Being able to offer credit for traditional dance or music activities can be a great way to entice people to try it out, especially if it helps to fulfill some sort of requirement (such as PE). This can be a difficult process depending on the bureaucracy involved, the way your campus is set up, and who you have as allies in different parts of the college. Here are a few ideas.
- Look for opportunities such as Oberlin's Experimental College (ExCo) program, a continuing education department, independent study, or other non-traditional course models
- It may be useful to have an off-campus "expert," preferably someone with an advanced degree or a teaching resume, or some sort of credentials, to act as an instructor and give the course more legitimacy
- A course needs to be more than just dancing for fun; you'll need to articulate learning goals, skills to be developed, and methods of evaluation.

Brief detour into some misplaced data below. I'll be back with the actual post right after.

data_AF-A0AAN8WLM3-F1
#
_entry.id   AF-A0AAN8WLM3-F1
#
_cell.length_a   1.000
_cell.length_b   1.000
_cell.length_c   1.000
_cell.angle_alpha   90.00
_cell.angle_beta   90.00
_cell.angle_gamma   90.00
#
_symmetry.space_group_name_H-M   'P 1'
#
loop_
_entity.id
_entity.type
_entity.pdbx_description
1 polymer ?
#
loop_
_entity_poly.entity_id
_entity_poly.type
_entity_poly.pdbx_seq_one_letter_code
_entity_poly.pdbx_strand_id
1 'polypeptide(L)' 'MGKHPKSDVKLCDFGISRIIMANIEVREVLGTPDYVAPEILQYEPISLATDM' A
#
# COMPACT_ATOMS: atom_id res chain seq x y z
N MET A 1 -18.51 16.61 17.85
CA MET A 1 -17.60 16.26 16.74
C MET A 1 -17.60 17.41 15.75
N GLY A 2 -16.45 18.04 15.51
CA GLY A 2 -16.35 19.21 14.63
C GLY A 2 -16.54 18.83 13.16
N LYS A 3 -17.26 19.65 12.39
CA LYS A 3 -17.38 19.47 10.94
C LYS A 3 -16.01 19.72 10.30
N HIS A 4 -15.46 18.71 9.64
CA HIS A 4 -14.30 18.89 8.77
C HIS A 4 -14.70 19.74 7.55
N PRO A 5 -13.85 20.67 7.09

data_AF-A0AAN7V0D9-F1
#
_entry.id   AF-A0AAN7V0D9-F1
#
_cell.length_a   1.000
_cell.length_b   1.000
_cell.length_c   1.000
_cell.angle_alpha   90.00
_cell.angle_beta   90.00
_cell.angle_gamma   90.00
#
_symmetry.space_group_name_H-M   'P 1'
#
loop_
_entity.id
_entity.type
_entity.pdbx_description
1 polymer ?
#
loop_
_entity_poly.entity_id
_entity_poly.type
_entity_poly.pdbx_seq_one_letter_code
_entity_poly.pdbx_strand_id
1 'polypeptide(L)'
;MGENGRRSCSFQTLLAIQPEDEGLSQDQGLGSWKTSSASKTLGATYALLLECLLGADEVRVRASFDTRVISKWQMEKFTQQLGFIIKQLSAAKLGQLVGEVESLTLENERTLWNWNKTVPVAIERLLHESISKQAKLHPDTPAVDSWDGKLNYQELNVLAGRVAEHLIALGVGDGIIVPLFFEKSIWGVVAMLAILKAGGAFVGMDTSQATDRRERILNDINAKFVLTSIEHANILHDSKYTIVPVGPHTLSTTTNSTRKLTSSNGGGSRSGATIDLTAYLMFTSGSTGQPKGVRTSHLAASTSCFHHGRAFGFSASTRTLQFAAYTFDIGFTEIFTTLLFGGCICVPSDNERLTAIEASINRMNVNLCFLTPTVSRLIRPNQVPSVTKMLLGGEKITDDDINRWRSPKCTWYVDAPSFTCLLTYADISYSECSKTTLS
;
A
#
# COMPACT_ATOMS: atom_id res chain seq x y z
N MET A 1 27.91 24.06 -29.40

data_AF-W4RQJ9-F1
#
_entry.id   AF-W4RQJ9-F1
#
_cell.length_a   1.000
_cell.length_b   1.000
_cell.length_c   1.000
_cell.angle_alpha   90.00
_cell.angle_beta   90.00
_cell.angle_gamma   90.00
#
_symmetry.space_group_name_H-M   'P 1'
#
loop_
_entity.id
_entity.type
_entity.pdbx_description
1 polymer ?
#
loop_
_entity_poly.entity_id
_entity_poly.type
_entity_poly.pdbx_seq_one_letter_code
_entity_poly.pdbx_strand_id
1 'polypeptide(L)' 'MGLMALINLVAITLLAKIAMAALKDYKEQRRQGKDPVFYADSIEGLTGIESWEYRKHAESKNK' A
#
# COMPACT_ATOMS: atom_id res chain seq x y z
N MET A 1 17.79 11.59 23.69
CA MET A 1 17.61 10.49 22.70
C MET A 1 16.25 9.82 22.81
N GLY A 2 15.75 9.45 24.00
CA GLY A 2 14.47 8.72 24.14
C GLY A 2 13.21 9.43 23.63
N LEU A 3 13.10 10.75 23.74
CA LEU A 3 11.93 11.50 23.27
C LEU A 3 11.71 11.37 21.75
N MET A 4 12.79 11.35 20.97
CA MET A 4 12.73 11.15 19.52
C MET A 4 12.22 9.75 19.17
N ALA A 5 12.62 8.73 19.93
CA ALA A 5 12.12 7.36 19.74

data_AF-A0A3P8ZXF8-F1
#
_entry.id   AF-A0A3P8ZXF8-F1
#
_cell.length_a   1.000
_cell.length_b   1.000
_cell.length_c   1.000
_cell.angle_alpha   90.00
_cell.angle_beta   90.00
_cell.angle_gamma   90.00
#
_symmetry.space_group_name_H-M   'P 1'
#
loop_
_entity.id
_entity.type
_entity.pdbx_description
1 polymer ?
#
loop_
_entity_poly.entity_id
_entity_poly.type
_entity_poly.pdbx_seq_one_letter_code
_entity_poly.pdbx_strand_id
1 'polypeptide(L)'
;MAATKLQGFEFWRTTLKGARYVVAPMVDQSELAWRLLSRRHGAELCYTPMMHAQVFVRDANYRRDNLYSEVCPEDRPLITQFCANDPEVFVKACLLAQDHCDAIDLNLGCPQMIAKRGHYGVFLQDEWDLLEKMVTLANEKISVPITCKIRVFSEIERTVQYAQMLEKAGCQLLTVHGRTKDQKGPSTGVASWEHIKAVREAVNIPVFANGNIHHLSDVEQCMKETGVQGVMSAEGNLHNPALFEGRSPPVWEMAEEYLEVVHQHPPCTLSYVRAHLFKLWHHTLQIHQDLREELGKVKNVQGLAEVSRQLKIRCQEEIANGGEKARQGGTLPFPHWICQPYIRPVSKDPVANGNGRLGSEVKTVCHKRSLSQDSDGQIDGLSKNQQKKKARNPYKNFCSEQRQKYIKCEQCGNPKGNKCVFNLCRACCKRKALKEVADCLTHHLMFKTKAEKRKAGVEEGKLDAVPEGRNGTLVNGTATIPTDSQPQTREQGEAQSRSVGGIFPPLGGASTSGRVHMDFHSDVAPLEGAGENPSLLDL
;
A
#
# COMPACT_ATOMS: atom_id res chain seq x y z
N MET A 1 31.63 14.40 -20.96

- If you know a professor who is really into what you do, consider proposing a mini-course in their department, such as a traditional music ensemble in the music department, or a music and dance history of the Jane Austen era in History.
Southern Oregon University Case Study
For more information and ideas, look through these examples from Brooke Friendly's English dance course at Southern Oregon University:
- Sample Syllabus (from the CDSS Youth Task Group Wiki site)
- ECD Course Proposal (from the CDSS Youth Task Group Wiki site)
- Country Dancing as a College Course (from the CDSS News, Sep/Oct 2008)
The "Dancing on College Campuses" by Joanna Reiner and Jenny Beer includes a discussion of for-credit classes at Swarthmore.